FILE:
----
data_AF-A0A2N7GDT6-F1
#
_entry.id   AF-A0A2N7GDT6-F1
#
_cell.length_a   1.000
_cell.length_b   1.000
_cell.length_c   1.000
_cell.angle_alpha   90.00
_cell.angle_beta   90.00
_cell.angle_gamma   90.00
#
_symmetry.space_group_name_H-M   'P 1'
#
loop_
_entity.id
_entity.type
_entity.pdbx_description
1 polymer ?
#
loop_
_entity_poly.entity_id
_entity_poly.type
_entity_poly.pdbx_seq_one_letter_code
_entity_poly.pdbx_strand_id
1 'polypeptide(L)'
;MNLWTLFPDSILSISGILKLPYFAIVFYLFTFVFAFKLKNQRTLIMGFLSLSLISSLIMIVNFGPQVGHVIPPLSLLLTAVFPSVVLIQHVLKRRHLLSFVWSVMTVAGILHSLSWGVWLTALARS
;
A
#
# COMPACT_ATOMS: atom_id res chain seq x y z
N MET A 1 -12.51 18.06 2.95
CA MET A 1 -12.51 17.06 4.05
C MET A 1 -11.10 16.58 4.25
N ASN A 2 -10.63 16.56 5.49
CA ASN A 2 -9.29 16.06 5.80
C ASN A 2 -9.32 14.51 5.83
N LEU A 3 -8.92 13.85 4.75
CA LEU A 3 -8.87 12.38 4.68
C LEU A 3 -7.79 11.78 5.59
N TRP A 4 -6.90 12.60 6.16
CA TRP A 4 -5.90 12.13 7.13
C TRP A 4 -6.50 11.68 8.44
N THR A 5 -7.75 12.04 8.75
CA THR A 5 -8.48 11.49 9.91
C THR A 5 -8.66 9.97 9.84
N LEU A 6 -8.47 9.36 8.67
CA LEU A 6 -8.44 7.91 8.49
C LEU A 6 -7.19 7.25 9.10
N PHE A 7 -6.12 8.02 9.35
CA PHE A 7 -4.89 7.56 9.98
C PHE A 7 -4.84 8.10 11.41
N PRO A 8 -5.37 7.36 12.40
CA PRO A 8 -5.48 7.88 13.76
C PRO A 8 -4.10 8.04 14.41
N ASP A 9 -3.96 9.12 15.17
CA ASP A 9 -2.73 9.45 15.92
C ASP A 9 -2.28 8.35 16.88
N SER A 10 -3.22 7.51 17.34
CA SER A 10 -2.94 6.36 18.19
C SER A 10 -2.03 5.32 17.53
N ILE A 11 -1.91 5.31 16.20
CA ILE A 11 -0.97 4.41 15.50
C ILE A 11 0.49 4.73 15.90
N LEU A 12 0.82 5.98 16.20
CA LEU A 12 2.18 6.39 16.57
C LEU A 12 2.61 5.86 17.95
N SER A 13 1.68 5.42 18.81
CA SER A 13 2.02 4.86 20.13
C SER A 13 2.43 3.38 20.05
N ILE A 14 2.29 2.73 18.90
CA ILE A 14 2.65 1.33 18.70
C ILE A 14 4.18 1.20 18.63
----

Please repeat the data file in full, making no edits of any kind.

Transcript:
data_AF-A0A2N7GDT6-F1
#
_entry.id   AF-A0A2N7GDT6-F1
#
_cell.length_a   1.000
_cell.length_b   1.000
_cell.length_c   1.000
_cell.angle_alpha   90.00
_cell.angle_beta   90.00
_cell.angle_gamma   90.00
#
_symmetry.space_group_name_H-M   'P 1'
#
loop_
_entity.id
_entity.type
_entity.pdbx_description
1 polymer ?
#
loop_
_entity_poly.entity_id
_entity_poly.type
_entity_poly.pdbx_seq_one_letter_code
_entity_poly.pdbx_strand_id
1 'polypeptide(L)'
;MNLWTLFPDSILSISGILKLPYFAIVFYLFTFVFAFKLKNQRTLIMGFLSLSLISSLIMIVNFGPQVGHVIPPLSLLLTAVFPSVVLIQHVLKRRHLLSFVWSVMTVAGILHSLSWGVWLTALARS
;
A
#
# COMPACT_ATOMS: atom_id res chain seq x y z
N MET A 1 -12.51 18.06 2.95
CA MET A 1 -12.51 17.06 4.05
C MET A 1 -11.10 16.58 4.25
N ASN A 2 -10.63 16.56 5.49
CA ASN A 2 -9.29 16.06 5.80
C ASN A 2 -9.32 14.51 5.83
N LEU A 3 -8.92 13.85 4.75
CA LEU A 3 -8.87 12.38 4.68
C LEU A 3 -7.79 11.78 5.59
N TRP A 4 -6.90 12.60 6.16
CA TRP A 4 -5.90 12.13 7.13
C TRP A 4 -6.50 11.68 8.44
N THR A 5 -7.75 12.04 8.75
CA THR A 5 -8.48 11.49 9.91
C THR A 5 -8.66 9.97 9.84
N LEU A 6 -8.47 9.36 8.67
CA LEU A 6 -8.44 7.91 8.49
C LEU A 6 -7.19 7.25 9.10
N PHE A 7 -6.12 8.02 9.35
CA PHE A 7 -4.89 7.56 9.98
C PHE A 7 -4.84 8.10 11.41
N PRO A 8 -5.37 7.36 12.40
CA PRO A 8 -5.48 7.88 13.76
C PRO A 8 -4.10 8.04 14.41
N ASP A 9 -3.96 9.12 15.17
CA ASP A 9 -2.73 9.45 15.92
C ASP A 9 -2.28 8.35 16.88
N SER A 10 -3.22 7.51 17.34
CA SER A 10 -2.94 6.36 18.19
C SER A 10 -2.03 5.32 17.53
N ILE A 11 -1.91 5.31 16.20
CA ILE A 11 -0.97 4.41 15.50
C ILE A 11 0.49 4.73 15.90
N LEU A 12 0.82 5.98 16.20
CA LEU A 12 2.18 6.39 16.57
C LEU A 12 2.61 5.86 17.95
N SER A 13 1.68 5.42 18.81
CA SER A 13 2.02 4.86 20.13
C SER A 13 2.43 3.38 20.05
N ILE A 14 2.29 2.73 18.90
CA ILE A 14 2.65 1.33 18.70
C ILE A 14 4.18 1.20 18.63